Kenyan Judges Release Full Judgment, Give Reason for Election Nullification

Violet Powell
September 24, 2017

The rerun of Kenya's presidential elections has been pushed back to October 26, as President Uhuru Kenyatta strongly criticized the court decision to nullify his re-election calling it "a judicial coup".

The court said the electoral commission failed to properly verify the results.

The IEBC was also hauled over the coals for failing to open up its computer servers, after the opposition alleged the system was hacked and rigged.

The hashtag #WakoraNetwork (meaning "criminal network" in Kiswahili) is trending in Kenya amid allegations by the governing Jubilee Party that two Supreme Court judges met with lawyers representing the opposition leader, Raila Odinga, during the hearing of the presidential petition which annulled President Uhuru Kenyatta's win.

After Kenya's Supreme Court invalidated last month's election because of mass irregularities, President Uhuru Kenyatta was angry and pained.

But, he said, "these discrepancies were widespread ... the election did not meet the simple test ... we are unable to validate the result".

He said the Cabinet had approved the budget for fresh elections, expected to cost some 10 billion shillings ($96 million). In a press conference on September 19, Chief justice David Maraga said that the demonstrations outside the courthouse "bordered on violence" and were "clearly meant to intimidate the judiciary".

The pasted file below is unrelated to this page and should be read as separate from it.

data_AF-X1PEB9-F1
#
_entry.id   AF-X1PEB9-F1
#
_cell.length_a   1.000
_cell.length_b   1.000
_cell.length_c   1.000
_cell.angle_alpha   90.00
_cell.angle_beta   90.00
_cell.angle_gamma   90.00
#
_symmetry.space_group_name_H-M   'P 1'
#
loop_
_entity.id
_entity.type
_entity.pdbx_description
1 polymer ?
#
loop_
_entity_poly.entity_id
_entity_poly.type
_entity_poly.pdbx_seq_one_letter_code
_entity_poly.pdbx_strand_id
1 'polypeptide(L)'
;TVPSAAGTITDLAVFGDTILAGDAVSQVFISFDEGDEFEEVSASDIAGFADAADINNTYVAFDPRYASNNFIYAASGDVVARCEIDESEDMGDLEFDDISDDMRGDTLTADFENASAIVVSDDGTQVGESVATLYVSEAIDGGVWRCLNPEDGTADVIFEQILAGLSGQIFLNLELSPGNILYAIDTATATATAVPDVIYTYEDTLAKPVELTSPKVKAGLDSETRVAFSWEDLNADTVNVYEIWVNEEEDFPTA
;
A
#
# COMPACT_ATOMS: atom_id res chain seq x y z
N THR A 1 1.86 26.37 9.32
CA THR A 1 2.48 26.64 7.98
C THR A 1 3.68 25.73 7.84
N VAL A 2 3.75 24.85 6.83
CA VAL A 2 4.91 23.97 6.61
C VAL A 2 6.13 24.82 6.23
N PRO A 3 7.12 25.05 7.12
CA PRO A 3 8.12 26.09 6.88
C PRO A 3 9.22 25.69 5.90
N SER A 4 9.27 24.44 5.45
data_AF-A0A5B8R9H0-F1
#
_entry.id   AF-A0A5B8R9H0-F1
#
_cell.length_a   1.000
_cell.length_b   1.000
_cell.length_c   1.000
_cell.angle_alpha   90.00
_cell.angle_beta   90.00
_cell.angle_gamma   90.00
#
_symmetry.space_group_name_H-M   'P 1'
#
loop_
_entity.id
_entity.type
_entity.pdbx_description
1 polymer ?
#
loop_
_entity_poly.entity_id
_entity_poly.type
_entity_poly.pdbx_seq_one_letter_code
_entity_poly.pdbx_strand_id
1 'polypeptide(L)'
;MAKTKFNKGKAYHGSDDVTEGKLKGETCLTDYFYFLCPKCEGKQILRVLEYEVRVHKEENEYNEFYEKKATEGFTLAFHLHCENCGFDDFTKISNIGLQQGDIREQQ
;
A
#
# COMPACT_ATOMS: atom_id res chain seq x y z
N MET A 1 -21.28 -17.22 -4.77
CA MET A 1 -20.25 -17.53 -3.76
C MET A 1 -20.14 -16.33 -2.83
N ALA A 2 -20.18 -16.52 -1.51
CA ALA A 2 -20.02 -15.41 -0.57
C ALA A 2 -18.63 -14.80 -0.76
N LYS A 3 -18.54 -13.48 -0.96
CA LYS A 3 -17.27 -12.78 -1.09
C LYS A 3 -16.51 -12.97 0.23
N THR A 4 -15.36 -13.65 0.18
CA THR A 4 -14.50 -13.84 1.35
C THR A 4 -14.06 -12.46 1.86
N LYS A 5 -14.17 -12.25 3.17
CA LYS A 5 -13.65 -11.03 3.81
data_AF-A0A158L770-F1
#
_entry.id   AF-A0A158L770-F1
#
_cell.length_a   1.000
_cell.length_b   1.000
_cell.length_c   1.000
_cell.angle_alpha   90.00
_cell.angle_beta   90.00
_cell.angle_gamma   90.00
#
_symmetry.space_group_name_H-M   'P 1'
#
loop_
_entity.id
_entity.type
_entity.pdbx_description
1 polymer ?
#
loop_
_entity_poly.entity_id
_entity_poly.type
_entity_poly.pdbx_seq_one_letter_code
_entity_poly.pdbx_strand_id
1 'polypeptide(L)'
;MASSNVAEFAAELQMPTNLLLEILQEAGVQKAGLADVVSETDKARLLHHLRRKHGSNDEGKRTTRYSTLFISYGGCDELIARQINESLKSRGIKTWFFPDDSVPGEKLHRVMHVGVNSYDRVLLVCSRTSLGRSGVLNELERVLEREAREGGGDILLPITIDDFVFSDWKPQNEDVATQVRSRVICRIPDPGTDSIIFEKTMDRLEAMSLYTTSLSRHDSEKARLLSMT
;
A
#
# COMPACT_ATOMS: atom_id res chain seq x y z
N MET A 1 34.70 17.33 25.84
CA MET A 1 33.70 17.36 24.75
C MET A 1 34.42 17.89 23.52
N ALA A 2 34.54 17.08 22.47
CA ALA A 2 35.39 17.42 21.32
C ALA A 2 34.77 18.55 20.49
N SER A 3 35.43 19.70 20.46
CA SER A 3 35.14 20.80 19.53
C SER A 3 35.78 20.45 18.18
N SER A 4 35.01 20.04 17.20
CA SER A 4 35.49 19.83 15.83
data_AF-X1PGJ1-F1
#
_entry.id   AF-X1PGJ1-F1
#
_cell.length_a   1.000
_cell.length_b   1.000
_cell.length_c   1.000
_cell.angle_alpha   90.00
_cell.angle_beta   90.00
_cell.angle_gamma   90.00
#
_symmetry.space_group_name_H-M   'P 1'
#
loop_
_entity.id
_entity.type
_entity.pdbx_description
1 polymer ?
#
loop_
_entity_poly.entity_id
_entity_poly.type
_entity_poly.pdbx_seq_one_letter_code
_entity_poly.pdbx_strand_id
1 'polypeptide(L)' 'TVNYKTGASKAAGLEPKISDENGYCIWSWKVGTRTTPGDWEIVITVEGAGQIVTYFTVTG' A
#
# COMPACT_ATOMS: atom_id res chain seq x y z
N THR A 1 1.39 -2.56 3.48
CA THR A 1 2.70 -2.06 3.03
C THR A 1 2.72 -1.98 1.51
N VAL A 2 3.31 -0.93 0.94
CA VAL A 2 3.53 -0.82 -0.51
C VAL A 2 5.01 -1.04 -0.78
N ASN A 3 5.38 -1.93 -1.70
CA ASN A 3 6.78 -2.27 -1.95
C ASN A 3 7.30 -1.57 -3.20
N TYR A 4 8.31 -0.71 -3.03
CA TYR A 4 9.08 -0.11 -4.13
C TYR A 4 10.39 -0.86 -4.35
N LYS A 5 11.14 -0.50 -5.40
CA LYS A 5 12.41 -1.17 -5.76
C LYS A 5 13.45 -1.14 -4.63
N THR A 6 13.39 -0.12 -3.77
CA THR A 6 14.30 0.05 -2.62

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"Our order of scrutiny was a golden opportunity for IEBC to discredit petitioner's claims but they disobeyed the court order".

The company provided two electronic systems that identified Kenyan voters and transmitted election results from nearly 41,000 polling stations to a central tallying center.

In a statement, the IEBC said it had made a decision to push back the vote as the full court ruling "impacts on the election operations and in particular (the) technology to be deployed".

The justices said they have faced a barrage of threats since issuing their ruling earlier this month, and they appeared eager Wednesday to substantiate that initial ruling, as thousands of Kenyans watched the marathon court session live on television.

This has been set for 17 October, however, on Monday the French IT firm which supplied the electronic voting system said it would struggle to be ready in time. "As you know, our Constitution provides for peaceful demonstrations, picketing, strikes, and so on", he said. While reading the detailed judgment, Maraga said, "When the rule of law ends, tyranny begins".

His statement also accused police chief Joseph Boinnet of not providing adequate security to judiciary staff, suggesting that he "repeatedly ignored calls to act, exposing judicial officers, property and litigants in danger".

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